Developed By: iNFOTYKE
Ordinance yet to take effect, awaits CM’s nod
Governor assent needed before notification
SHILLONG: A week after declaring that the ordinance on Meghalaya Residents Safety and Security Act 2016 (MRSSA) would come into “immediate effect,” Deputy Chief Minister Prestone Tynsong on Friday said the papers were awaiting Chief Minister Conrad K Sangma’s signature after which it will be forwarded to the Governor for his assent.
Speaking on the Act, he also said non-tribal residents of the state had nothing to fear.
The state Cabinet approved the amendments to the MRSSA on November 1 making it mandatory for visitors to the state to register themselves with the government.
Tynsong had then declared that an ordinance would be issued to give immediate effect to the Act. However, since there appears to have been no movement on the ostensibly urgent matter, which has necessitated the government to take recourse to an ordinance.
The deputy chief minister on Friday said the chief minister would sign the papers once he returns from his ongoing visit to Bangladesh on which he had embarked on November 5.
“All it requires is the signature of the chief minister which will be obtained once he returns from Bangladesh and the ordinance will be then sent to the Governor for his assent,” Tynsong said.
Adding a fresh element, he also said the government was considering if a token amount should be charged for the registration paper.
On the possible fallout of the amendment Act on non-tribal residents of the state, he said it would not be applicable to them adding that the rules will be defined properly and the government will make it simple.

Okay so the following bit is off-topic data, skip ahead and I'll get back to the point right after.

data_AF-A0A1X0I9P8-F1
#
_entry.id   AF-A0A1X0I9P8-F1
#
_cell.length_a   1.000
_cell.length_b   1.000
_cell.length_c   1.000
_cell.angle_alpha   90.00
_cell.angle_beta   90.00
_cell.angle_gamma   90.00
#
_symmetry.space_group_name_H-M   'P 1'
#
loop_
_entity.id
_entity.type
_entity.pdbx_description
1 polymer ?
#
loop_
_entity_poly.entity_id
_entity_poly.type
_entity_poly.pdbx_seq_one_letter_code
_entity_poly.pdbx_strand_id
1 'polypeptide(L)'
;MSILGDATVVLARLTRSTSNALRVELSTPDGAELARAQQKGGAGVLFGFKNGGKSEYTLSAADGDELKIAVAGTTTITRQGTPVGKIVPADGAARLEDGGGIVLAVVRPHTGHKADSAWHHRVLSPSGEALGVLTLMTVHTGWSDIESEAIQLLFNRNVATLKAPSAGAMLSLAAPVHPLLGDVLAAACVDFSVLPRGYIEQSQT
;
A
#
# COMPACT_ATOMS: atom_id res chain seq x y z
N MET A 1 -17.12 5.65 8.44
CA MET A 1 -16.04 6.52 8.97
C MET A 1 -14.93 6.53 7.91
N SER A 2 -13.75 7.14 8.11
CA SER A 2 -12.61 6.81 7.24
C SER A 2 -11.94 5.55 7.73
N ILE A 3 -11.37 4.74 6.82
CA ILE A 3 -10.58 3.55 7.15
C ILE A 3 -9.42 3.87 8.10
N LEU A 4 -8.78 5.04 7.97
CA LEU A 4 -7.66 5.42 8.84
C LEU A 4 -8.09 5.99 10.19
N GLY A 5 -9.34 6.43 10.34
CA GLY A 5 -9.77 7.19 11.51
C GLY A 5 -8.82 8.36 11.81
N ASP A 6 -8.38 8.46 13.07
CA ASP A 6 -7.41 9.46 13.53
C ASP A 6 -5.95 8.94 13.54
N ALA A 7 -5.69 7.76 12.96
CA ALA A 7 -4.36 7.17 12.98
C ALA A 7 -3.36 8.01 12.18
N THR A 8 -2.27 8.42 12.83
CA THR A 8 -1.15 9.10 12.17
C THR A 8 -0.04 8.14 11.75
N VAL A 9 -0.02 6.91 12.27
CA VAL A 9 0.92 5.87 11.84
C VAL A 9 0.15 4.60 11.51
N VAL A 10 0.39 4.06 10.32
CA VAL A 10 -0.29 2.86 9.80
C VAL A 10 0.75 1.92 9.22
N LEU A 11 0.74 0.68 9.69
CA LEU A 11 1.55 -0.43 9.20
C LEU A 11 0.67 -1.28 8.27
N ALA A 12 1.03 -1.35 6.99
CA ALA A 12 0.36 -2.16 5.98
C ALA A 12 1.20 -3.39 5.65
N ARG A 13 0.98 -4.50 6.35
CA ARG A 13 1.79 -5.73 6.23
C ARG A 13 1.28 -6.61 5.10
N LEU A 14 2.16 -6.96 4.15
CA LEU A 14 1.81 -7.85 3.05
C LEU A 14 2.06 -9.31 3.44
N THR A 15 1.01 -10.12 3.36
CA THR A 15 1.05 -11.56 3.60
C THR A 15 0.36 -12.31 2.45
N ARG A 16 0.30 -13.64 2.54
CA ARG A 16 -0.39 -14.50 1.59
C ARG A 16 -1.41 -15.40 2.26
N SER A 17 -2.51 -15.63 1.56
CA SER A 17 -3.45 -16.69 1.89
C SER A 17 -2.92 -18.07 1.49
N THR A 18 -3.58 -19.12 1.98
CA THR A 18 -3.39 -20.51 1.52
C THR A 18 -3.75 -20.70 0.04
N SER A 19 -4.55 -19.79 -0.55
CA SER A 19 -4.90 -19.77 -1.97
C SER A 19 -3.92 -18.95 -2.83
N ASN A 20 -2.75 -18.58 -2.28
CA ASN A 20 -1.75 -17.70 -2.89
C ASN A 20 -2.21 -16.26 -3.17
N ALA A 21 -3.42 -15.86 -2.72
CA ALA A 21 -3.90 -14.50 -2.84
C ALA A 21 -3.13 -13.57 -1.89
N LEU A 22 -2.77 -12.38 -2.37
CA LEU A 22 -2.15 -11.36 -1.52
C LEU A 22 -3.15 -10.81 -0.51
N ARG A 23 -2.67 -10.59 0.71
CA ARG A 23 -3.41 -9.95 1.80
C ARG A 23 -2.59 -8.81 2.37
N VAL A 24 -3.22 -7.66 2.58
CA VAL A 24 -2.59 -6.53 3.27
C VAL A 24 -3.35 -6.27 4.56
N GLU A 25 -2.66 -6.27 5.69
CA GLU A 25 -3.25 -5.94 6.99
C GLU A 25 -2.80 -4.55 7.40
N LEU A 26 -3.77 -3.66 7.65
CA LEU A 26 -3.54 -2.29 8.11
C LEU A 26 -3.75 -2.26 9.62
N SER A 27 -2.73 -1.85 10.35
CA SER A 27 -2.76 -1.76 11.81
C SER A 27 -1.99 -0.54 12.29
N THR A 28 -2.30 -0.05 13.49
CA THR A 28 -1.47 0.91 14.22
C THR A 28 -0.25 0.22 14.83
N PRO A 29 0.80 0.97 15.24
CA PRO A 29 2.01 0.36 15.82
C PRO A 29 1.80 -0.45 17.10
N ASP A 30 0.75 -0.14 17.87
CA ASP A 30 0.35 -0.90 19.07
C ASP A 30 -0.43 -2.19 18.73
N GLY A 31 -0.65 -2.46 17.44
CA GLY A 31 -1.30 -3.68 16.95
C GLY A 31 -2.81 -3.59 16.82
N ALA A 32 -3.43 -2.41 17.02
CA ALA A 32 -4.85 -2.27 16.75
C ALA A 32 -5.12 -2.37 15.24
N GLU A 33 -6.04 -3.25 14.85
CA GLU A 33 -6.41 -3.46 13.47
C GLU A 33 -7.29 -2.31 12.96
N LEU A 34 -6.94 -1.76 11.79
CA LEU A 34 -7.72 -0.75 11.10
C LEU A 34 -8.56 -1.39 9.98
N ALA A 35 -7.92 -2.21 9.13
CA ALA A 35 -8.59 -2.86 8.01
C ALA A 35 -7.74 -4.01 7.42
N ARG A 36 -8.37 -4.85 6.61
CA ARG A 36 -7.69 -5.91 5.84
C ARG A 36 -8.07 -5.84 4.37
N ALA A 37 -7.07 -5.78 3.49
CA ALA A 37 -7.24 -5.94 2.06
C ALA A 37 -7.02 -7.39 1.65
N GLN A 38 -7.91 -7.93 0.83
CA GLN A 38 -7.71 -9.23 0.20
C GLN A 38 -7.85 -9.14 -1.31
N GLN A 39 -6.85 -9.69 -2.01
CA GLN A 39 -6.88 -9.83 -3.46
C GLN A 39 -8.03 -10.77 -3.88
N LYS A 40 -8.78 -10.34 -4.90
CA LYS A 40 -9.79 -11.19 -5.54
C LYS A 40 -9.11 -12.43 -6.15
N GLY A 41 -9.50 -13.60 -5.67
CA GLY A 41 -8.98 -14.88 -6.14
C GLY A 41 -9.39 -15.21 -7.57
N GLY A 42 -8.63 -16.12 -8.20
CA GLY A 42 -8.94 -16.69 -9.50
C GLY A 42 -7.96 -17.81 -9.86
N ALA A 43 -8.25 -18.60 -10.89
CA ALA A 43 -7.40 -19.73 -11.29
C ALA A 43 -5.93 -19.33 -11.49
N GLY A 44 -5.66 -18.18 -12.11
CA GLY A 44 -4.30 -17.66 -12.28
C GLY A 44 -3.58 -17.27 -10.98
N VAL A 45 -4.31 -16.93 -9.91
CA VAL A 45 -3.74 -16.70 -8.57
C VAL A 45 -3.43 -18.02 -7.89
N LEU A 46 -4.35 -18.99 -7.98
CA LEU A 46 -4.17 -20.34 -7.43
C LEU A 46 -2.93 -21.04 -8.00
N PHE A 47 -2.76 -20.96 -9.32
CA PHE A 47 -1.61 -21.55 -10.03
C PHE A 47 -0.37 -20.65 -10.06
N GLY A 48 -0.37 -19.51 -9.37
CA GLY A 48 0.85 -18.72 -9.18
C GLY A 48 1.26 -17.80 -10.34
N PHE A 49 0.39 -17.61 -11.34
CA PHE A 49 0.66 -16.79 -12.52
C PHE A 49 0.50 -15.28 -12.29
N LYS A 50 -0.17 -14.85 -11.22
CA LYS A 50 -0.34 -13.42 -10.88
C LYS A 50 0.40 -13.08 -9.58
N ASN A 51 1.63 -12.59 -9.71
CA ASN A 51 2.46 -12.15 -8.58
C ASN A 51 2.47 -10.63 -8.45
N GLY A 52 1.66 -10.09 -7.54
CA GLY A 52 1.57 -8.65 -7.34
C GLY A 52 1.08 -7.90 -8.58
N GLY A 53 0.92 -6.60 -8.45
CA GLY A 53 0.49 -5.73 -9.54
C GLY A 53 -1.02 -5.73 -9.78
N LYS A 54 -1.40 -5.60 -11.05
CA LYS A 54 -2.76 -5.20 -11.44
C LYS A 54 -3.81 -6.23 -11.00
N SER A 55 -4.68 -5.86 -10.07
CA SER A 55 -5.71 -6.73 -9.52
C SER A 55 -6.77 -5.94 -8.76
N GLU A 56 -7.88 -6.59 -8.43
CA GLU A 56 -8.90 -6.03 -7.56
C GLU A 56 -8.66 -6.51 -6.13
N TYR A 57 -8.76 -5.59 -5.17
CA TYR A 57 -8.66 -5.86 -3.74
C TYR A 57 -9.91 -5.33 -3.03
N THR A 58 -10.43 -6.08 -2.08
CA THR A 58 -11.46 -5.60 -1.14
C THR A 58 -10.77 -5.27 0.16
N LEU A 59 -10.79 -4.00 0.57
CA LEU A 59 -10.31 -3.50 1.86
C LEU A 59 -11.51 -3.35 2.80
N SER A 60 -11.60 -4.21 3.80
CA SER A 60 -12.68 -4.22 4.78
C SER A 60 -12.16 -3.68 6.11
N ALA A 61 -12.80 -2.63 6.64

Tynsong said that he has met, discussed and taken feedback from many senior non-tribal citizens of the state who also are very concerned about the unregulated influx. “Our non-tribal residents in Meghalaya will also be happy about this registration,” he said.
Shedding light on the build-up to the amendments, Tynsong said that the state government thought of it “not less than 100 times” and discussed threadbare all aspects before concluding that change was required and deciding what the amendments should be.
“Earlier, the Act focused only on tenants. Now, even the visitors are under it and it is just a mere registration process. We have already thought about tourists and we want to welcome them and ensure that they feel secure and not harassed,” he added.
He said that in the amendment the state government has simplified things as much as possible.
“They can apply online and if they don’t have time or miss it at the entry, they can do it while they check in at the guest houses, hotels or any other place of stay as the form will be circulated to all places of accommodation,” he added.
Saying that the amendment will only make things easier while also taking care of the perennial problem of influx, the deputy chief minister said, “It is only a mind-set. Just because we passed the amendment, people thought that it will be just like ILP, but I am telling you we are more concerned about all of them, even for investors”.
About students from outside the state studying in Meghalaya, Tynsong said, “For students who come to study, the institutions can do the registration on behalf of the government”.